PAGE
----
Rochester, NY – George H. Moses, executive director Northeast Area Development, Inc. (NEAD), welcomed Marc Natale, Executive Director American Heart Association (Rochester), Linda Lovejoy, Wegmans Community Relations Manager, and twelve Wegmans employees who are part of a Leadership Development Group to watch as Rochester City School District students from School 33 harvested the first vegetables from a Hoop House erected nearby.
The harvested vegetables were used to prepare a Thanksgiving dinner for 40 families on Saturday, November 19.
Though smaller in scale, this Hoop House is similar to those that are used at Wegmans Organic Farm to extend the growing season to 10 months of the year. It’s also part of a learning garden that Wegmans helped to establish at The Freedom School in 2011. Beginning in 2014, the American Heart Association came on board with a curricula to help children learn about gardening and health eating.
A Bountiful Partnership with The Freedom School
The Freedom School
In 2004, Moses helped establish the first Western NY Children’s Defense Fund Freedom School in Rochester, serving (K – 12) students in the Rochester City School District. Through after-school, weekend, and summer programs, The Freedom School focuses on helping kids with literacy, nutrition, civic engagement, conflict resolution, goal setting, and they connect families to health care and other resources.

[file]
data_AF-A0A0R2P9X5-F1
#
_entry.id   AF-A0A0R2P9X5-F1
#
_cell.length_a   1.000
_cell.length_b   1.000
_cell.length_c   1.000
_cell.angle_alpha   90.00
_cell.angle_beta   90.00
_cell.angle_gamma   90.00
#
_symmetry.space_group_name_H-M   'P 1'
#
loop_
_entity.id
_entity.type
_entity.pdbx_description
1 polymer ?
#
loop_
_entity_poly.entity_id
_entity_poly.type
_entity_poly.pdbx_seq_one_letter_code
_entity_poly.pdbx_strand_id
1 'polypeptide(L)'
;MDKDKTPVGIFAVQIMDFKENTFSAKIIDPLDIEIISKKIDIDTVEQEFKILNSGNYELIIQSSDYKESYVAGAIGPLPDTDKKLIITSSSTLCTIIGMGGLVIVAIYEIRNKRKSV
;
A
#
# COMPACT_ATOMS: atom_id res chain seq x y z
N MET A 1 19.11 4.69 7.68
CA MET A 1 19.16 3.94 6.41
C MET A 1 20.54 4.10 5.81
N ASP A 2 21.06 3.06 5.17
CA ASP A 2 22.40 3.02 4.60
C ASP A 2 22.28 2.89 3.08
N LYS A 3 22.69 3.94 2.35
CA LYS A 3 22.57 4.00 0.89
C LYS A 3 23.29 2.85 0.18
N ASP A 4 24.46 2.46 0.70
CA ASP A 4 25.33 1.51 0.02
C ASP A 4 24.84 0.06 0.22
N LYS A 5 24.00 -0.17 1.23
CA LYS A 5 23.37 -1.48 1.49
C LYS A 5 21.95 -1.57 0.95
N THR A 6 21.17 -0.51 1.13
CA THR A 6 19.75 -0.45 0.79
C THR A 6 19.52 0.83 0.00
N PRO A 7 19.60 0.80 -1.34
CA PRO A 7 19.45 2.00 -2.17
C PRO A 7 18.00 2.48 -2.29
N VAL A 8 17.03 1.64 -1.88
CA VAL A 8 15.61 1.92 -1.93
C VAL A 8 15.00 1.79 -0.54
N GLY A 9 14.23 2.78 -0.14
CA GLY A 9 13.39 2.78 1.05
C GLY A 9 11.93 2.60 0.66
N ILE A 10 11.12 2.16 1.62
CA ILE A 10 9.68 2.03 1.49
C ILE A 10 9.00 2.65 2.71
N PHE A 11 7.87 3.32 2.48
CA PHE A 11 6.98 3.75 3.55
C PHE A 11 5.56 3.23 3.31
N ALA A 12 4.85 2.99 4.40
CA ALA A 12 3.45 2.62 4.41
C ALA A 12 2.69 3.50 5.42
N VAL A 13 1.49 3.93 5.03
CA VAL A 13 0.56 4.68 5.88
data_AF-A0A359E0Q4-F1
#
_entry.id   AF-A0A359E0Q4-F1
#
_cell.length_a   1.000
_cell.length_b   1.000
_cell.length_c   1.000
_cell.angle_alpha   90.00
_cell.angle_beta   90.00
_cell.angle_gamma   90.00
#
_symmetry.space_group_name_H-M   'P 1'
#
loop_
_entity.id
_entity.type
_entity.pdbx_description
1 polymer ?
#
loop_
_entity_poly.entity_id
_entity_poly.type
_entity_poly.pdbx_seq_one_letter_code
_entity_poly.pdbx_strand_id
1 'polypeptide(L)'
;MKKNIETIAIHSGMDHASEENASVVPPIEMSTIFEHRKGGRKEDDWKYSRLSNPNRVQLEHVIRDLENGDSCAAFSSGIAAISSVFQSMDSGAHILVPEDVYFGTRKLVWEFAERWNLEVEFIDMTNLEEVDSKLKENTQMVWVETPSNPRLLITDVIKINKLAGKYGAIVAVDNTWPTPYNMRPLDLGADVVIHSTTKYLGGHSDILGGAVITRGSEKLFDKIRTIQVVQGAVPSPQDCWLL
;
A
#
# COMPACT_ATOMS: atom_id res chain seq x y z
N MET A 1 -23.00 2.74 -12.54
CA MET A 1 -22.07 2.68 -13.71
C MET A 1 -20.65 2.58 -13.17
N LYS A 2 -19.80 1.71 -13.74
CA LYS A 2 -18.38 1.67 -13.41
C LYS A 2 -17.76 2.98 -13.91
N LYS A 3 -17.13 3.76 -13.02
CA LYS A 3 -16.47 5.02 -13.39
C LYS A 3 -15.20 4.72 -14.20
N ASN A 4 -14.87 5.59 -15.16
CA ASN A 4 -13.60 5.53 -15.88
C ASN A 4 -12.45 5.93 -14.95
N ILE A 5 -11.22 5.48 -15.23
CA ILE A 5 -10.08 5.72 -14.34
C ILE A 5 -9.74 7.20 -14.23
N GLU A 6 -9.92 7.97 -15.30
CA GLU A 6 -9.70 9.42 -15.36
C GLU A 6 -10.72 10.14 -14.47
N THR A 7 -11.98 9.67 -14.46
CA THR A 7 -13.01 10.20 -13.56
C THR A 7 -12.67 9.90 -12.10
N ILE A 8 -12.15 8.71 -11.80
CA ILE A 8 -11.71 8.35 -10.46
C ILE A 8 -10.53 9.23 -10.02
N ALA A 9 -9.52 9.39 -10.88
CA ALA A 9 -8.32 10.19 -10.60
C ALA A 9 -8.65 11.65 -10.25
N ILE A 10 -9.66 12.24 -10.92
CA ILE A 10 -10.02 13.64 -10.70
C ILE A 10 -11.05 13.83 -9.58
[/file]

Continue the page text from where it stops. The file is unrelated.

Wegmans first partnered with The Freedom School in 2011 and continues to support the organization financially and through project-based volunteer work.
Growing and Learning
The Freedom School provides snacks and meals prepared in their kitchen, using ingredients harvested in the nearby Teaching Garden, which was funded and established by Wegmans in 2011. To get started, East Avenue store employees built a large raised bed, and each spring, they help stock the beds on ‘planting day.’
Students and Freedom School staff tend the garden throughout the growing season, and since 2014 with funding provided by Wegmans, they have learned even more about growing and nutrition through a national program developed by the American Heart Association (AHA).
Each year, the local chapter of the American Heart Association, NEAD and an Urban Fellow intern from the University of Rochester come together to map out the curricula and a maintenance schedule for the garden. The AHA utilizes a set of curricula, with garden at its core. The Teaching Garden is a real-life laboratory where students learn how to plant seeds, nurture growing plants, harvest produce and understand the value of good eating habits. The AHA and NEAD have also introduced blood pressure tracking and an education program for the parents. (see results - Making A Difference - below)
"This initiative is a great example of communities coming together to address neighborhood issues,” said Moses.
New in 2016 - Expanding the Partnership and the Growing Season
Wegmans convenes several Leadership Development groups, each made up of a dozen or so employees, across the company each year, and a big part of the program is a year-long continuous improvement project chosen by each group to make a difference.